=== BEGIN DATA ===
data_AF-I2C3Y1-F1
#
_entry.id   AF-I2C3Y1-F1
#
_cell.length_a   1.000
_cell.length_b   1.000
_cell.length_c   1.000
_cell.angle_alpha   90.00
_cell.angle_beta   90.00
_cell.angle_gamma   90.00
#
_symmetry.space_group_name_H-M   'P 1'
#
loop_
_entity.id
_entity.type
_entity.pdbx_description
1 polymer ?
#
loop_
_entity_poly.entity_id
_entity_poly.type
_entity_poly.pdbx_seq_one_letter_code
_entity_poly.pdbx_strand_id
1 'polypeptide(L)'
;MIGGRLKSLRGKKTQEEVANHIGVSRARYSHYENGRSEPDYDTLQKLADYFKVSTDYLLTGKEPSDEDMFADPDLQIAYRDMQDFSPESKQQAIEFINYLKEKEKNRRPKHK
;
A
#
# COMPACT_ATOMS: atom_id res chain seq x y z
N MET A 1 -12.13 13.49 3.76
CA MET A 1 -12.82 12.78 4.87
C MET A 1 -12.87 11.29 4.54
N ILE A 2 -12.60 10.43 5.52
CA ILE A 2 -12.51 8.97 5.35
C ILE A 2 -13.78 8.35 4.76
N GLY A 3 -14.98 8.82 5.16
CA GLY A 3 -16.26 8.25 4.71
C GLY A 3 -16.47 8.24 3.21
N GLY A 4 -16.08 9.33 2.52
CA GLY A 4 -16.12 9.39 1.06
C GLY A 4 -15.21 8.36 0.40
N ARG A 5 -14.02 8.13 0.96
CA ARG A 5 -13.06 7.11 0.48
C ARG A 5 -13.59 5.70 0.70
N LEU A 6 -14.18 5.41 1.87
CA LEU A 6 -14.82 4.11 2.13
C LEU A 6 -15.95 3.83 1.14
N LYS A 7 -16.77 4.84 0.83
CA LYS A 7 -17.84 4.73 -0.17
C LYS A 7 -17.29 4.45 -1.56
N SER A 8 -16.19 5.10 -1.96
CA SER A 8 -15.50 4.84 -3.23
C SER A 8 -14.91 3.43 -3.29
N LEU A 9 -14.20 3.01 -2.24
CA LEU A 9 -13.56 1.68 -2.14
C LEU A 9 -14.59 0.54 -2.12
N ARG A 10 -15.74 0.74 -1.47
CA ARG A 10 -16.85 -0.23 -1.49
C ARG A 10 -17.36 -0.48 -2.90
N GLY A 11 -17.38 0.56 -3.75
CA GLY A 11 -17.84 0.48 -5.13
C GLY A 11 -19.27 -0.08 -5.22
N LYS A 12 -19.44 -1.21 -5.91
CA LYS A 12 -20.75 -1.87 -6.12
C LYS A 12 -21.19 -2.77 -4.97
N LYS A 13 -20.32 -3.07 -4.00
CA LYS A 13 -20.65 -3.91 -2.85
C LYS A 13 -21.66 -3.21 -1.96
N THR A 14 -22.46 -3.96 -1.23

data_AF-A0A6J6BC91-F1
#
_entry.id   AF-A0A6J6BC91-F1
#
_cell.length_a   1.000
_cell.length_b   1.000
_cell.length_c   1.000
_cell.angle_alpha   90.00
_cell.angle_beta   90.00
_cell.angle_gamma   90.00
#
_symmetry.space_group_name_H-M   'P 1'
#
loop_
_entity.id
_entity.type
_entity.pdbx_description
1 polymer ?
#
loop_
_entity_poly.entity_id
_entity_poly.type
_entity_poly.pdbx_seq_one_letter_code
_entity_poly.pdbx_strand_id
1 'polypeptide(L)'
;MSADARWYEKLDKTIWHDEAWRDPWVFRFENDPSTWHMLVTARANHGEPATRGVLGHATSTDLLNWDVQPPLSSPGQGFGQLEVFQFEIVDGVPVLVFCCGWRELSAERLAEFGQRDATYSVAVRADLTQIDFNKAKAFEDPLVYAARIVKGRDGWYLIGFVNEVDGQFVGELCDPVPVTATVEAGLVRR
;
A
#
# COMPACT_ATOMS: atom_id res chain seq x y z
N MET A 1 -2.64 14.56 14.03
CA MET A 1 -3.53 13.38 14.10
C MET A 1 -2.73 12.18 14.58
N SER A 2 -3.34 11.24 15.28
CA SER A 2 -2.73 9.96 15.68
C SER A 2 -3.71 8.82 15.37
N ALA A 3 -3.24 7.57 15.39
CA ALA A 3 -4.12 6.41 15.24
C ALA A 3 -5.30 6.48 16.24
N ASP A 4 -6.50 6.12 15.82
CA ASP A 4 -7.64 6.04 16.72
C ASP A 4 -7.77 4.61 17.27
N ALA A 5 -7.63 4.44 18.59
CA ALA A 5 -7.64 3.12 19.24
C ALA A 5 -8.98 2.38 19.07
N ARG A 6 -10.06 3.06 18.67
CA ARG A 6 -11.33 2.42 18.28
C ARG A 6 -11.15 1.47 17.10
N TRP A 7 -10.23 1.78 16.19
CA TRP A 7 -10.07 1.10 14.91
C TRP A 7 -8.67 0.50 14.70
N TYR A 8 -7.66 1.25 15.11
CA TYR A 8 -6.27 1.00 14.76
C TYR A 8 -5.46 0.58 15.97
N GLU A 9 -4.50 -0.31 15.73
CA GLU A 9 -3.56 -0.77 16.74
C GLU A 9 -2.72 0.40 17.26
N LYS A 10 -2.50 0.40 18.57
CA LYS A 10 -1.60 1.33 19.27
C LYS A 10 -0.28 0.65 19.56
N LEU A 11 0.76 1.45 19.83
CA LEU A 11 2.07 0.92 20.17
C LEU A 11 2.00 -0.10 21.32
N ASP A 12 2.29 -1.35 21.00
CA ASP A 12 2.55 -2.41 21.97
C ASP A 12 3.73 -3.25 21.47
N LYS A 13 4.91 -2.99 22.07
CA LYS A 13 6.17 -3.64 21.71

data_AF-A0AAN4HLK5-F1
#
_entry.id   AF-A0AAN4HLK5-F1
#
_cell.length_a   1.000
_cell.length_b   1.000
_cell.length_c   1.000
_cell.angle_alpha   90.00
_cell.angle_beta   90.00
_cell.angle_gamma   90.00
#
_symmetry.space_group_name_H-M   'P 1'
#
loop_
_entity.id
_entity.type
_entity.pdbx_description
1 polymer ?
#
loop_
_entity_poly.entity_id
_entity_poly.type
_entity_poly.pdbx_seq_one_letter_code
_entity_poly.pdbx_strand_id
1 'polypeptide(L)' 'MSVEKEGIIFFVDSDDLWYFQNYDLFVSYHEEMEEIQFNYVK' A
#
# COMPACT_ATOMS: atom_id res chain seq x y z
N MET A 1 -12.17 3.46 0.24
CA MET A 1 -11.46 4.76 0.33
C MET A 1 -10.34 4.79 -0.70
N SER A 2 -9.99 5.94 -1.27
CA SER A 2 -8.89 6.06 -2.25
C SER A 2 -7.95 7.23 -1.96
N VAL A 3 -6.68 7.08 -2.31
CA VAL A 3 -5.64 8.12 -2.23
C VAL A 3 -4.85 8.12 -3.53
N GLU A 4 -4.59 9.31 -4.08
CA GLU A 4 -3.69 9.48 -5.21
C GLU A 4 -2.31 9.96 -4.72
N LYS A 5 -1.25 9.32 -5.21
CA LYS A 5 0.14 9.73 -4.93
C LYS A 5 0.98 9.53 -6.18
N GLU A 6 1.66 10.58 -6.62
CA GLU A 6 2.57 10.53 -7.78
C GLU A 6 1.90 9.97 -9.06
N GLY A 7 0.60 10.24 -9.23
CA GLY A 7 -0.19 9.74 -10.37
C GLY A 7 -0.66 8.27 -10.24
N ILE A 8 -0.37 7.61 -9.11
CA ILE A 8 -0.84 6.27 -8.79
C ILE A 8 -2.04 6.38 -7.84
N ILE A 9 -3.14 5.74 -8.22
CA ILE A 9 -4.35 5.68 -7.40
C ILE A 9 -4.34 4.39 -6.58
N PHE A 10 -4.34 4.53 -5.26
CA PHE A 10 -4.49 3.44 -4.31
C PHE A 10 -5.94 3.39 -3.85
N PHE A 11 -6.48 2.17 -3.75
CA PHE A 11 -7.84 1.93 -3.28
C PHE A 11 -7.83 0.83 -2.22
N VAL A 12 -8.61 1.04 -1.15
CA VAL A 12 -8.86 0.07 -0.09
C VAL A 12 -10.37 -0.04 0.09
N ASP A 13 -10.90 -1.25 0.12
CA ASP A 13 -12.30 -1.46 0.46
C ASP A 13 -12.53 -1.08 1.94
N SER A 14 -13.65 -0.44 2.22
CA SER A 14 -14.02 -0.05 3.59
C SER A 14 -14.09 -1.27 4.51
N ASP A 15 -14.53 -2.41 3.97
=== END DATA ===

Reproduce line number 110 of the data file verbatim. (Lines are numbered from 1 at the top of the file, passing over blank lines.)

N ASP A 4 -6.50 6.12 15.82